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The only West End show still standing

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Last Tuesday, Morgan Philpott and Neal Foster of the Birmingham Stage Company were in the middle of rehearsing the latest "Horrible Histories" show: a highly successful family theatre series in Britain where the country's past is explained with the aid of fart jokes.

[NETHER WHITACRE, England] Last Tuesday, Morgan Philpott and Neal Foster of the Birmingham Stage Company were in the middle of rehearsing the latest "Horrible Histories" show: a highly successful family theatre series in Britain where the country's past is explained with the aid of fart jokes.

They had meant to be in a London studio, but coronavirus had caused a change of plan. They were now rehearsing the two-actor, multicharacter show in Foster's living room, watched over by a collection of china figurines and a family portrait.

The pair had spent much of the morning running through material added to the script to reflect life in the pandemic, such as a routine where Henry VIII's lusty efforts to attract a wife are thwarted by social distancing.

But then they got to a scene where Me Philpott, as that king, had to throw a doll over his shoulder. His first attempt was halfhearted, the doll landing gently on a sofa. His second was anything but: Mr Philpott threw the toy with such force, it smashed straight into a light fitting, sending glass over the carpet.

Mr Philpott swore loudly. "You don't get that in London," he said. Mr Foster told him not to worry. "I'm sure it'll be covered by my house insurance," he said.

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"Horrible Histories: Barmy Britain," is, technically, the only West End show still standing after coronavirus, which closed all London's theatres in March. Next month, the show — they are all written by Mr Foster, and based on the children's books by Terry Deary — was meant to start a run at London's Apollo Theatre. It is still going ahead, Mr Foster said, except its run will now start July 4 in an altogether different location: the parking lot of Powderham Castle, a visitor attraction about 200 miles west of Britain's capital city.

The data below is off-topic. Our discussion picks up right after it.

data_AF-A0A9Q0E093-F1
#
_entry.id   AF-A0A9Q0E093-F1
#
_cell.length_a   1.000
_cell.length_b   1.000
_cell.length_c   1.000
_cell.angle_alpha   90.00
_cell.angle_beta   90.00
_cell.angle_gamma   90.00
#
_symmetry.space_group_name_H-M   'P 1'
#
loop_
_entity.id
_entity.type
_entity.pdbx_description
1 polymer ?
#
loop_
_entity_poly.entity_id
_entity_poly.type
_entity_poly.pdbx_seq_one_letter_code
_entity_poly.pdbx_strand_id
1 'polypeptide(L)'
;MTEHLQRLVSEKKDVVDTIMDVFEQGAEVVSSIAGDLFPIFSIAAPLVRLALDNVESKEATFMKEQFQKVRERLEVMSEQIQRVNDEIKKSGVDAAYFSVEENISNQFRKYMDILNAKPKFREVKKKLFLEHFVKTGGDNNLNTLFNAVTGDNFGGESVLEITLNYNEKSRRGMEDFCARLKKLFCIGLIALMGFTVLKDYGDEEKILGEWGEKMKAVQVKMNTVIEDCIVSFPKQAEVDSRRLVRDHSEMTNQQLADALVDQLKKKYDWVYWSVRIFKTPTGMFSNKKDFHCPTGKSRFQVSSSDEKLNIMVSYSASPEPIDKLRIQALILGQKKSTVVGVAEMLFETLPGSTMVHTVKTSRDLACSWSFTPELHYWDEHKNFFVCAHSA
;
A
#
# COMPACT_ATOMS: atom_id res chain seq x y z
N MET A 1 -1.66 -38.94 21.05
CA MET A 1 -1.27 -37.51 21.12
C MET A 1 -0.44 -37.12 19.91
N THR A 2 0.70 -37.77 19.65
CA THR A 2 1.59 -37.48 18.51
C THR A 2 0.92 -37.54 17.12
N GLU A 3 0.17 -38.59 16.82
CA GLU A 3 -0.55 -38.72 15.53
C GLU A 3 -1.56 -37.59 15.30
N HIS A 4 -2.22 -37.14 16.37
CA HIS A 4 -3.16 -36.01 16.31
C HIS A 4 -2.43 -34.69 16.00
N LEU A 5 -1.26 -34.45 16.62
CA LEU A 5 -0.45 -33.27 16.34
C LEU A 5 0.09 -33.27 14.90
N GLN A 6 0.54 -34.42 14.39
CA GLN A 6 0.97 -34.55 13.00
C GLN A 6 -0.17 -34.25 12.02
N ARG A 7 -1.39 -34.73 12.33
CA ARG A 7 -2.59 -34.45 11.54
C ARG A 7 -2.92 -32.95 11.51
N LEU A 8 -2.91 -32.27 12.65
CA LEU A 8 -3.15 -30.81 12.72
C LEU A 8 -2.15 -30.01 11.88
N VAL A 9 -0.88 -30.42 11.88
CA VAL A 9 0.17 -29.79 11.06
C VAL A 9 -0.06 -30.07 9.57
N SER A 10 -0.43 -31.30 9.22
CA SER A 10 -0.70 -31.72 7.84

It'll then travel to other parking lots across Britain and Northern Ireland playing to drive-in audiences, who'll stay in their cars. If anyone goes to the toilet, they will have to stay 2 meters (about 6 feet) away from others, as required by the British government's social distancing rules.

The change of location had forced Mr Foster into some rigorous cost-cutting, he said, starting by doing the rehearsals in his home among hundreds of costumes for his theatre company's other productions.

The fact the show was going ahead at all is one of the few bits of good news British theatre has had recently. Since March, newspapers have been filled with articles warning that theatres face financial ruin without government assistance because they can't make a profit until social distancing is removed.

"British theatre is on the brink of total collapse," wrote producer Sonia Friedman in The Daily Telegraph. "I know it sounds melodramatic," she added, "but it is a statement of fact." Several major theatres, including Shakespeare's Globe, have issued similar warnings, as have stars like director Sam Mendes.

On June 9, Oliver Dowden, Britain's culture secretary, told The Evening Standard newspaper that help was coming. "Of course I want to get the money flowing," he said. "I am not going to let anyone down." But that vague promise has not stopped the talk of crisis. Cameron Mackintosh, the theatre impresario behind shows like "Les Misérables," had started consulting staff about potential redundancies, a spokeswoman said.

Mr Foster said his show was not a sign the crisis in British theatre has been overplayed, just as the boom in drive-in movies or drive-in discos did not mean there wasn't a crisis in those areas of culture. "I don't think theatres will be open until at least next spring," he said. The simple reason to do the car park shows, he added, was "just to do something," to keep telling stories and bring in money to pay his staff and freelancers.

Mr Philpott, who had been hired just for this series of shows, agreed. His first thought after being offered the job was, he said: "‘Flippin' heck, I'm going to be able to pay my mortgage next month.'"

Some London theatres are trying to get plays restarted, but in much altered form. Beginning June 26, the Old Vic Theatre is streaming performances of "Lungs," starring Claire Foy and Matt Smith. The actors will perform in the empty theatre, but tickets are being sold as if it were a normal performance, with people asked to pay for a specific seat at prices of up to 65 pounds, about S$111.

And the popular immersive version of "The Great Gatsby" plans to reopen in London in October, but with 90 guests per show (down from 240), and without dancing a Charleston that requires strangers to touch.

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